ISPS Code volume A, Art. 11.1 permits the CSO to be an officer on board the ship. If the shipping company has chosen this option, then it must have a permanent point of contact on shore that the Coast Guard Centre (Kustwachtcentrum) can contact in the event of an SSAS alarm, as it is not recommended to contact the ship directly in the event of a covert alarm. (See also MSC/Circ. 1073 Measures to Enhance Maritime Security; Directives for maritime rescue co-ordintation centres (MRCCS) on acts of violence against ships).
This point of contact can be the shore contact as required by the registration legislation, but it may also be another organisation or person.
The shipping company and the party concerned must have a contract that states that the point of contact must be available at all times to provide assistance in the event of an alarm and must be able to provide the authorities with as many relevant details about the ship concerned as possible (including the ship type, cargo, position, crew number, hazardous materials present, etc.).
The contact information should be reported to the Transport and Water Management Inspectorate (Inspectie Verkeer en Waterstaat), which will pass on the information to the Coast Guard Centre (Kustwachtcentrum).
2.9 Drills and exercises

Basis: EU Regulation 725/2004, Art. 3, first, second, third and fifth paragraph


According to the ISPS volume A, Art. 13.4 and volume B, Art. 13.6, drills test the ship's security system and are held on board. The SSO is responsible for their execution.
According to the ISPS volume A, Art. 13.5, exercises test the company's security system and the effective co-ordination and implementation of the SSPs. They are held each year, with intervals of not more than 18 months, as per ISPS volume B, Art. 13.7. The organisation of these exercises is the responsibility of the company (in this case the CSO), in line with the ISM system. An exercise always involves (if applicable) more than one, but not necessarily all of the company's ships. Reports on the exercise are then distributed over the company's entire Dutch-registered fleet and kept on board. The lessons learned from the exercise are to be applied to the entire Dutch-registered fleet. Government bodies may also be involved in exercises.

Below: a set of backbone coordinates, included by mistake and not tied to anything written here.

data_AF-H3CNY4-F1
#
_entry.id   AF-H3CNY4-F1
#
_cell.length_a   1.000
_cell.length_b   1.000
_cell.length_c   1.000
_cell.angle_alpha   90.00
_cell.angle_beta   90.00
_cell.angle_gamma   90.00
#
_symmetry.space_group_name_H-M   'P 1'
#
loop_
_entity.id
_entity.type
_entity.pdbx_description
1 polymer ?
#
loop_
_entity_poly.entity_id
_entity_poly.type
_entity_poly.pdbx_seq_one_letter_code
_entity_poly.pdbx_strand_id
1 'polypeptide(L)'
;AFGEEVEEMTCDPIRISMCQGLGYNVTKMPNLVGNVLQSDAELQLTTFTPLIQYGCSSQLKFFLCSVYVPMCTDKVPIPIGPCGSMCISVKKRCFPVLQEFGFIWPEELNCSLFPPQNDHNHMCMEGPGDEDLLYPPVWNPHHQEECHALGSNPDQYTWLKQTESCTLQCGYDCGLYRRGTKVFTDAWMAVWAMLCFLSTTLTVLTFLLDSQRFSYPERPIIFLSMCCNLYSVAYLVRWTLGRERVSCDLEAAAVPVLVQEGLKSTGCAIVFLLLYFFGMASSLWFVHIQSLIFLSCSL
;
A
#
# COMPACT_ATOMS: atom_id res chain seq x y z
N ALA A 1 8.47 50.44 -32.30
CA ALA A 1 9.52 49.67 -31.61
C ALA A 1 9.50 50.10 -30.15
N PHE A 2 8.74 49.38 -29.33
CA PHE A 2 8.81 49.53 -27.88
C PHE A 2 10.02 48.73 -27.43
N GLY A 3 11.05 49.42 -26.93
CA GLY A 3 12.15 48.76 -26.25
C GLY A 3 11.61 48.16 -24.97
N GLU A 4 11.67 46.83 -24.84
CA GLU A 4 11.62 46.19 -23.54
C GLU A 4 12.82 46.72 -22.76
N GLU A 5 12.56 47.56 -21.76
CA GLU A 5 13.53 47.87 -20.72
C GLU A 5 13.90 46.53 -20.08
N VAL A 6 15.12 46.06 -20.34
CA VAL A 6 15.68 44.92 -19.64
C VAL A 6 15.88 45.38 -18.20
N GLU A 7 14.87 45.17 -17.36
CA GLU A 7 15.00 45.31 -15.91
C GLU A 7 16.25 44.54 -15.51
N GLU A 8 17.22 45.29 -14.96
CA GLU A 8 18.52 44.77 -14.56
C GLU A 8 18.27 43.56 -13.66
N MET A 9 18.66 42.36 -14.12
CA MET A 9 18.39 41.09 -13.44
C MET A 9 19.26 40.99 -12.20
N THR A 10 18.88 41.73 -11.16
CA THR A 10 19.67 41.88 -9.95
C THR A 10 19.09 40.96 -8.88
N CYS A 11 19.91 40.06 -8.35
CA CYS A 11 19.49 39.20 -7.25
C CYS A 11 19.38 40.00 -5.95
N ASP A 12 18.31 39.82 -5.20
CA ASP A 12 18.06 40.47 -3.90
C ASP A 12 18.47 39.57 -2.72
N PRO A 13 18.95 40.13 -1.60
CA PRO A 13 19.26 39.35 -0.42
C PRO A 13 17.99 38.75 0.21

If a company participates in an exercise organised by a national or foreign government body, this counts as the annual exercise required by ISPS volume B, Art. 13.7. The reports and lessons learned must then also be distributed and applied throughout the company's Dutch-registered fleet.

Article 3: Inspection of falls


Basis: SOLAS chapter III, regulation 20.4

SB 2004 Art. 40 and 41


In inspecting falls, the following phenomena should be considered defects that require replacement of the falls and/or the end connections:

  1. serious corrosion;

  2. pitting;

  3. distortion or damage to individual strands of the fall or the entire fall;

  4. disruption of the fall construction;

  5. any other deviation that affects the strength or wear-resistance of the fall.

  6. an end connection that is not as strong as the connection provided by the original supplier. An end connection by means of cable clamps is not permitted.

The fall, including the end connection, is in compliance with the requirements of the supplier of the launching appliance.


The captain or the owner of the ship may submit certain parts of the fall indicated by authorised parties to a pull test. If those parts pass the pull test, then the fall needs not be replaced.
Article 4 Determination of the number of immersion suits on board of cargo ships

Basis: SOLAS chapter III, regulation 32.3.3

SB 2004 Art. 40 and 41
Watch station is understood to mean (SOLAS Ch. III, reg. 7.2.1.2) ‘bridge, engine control room and any other manned watch station’.

Work station is understood to mean: any location on board where work is done repeatedly for a prolonged period of time while at sea.
The required number of immersion suits is determined as follows:

Number of suits=

Total number of persons for which life-saving appliances are provided according to the (International) Safety Certificate

plus


The required immersion suits for ‘watch or workstations which are located remotely from the place or places where immersion suits are normally stowed
For the remotely located watch or workstations as mentioned above the following numbers are applied:

  • 2 immersion suits on the bridge plus

  • 2 immersion suits in the engine control room plus

  • 2 immersion suits close to every remotely located survival craft station (as meant in SOLAS chapter III regulation 31.1.14) on the fore and aftship (in addition tot the required lifejackets according to SOLAS, Ch. III, regulation 7.2.1.2) plus

  • On other watch or workstations, if applicable, a sufficient number of immersion suits depending on the number of persons usually present.

On non-convention ships without Engine Control Room (eg. small tugboats), where normally no personnel is present in the engine room while at sea, it will usually suffice to have immersion suits for the total number of persons for which life-saving appliances are provided according to the Safety Certificate plus 2 extra suits on the bridge.


Article 5

The policy rule regarding the inspection of falls (Government Gazette 2003, no. 37) has been repealed.


Article 6

This policy rule is cited as: Policy Rule Safety Seagoing Vessels


Article 7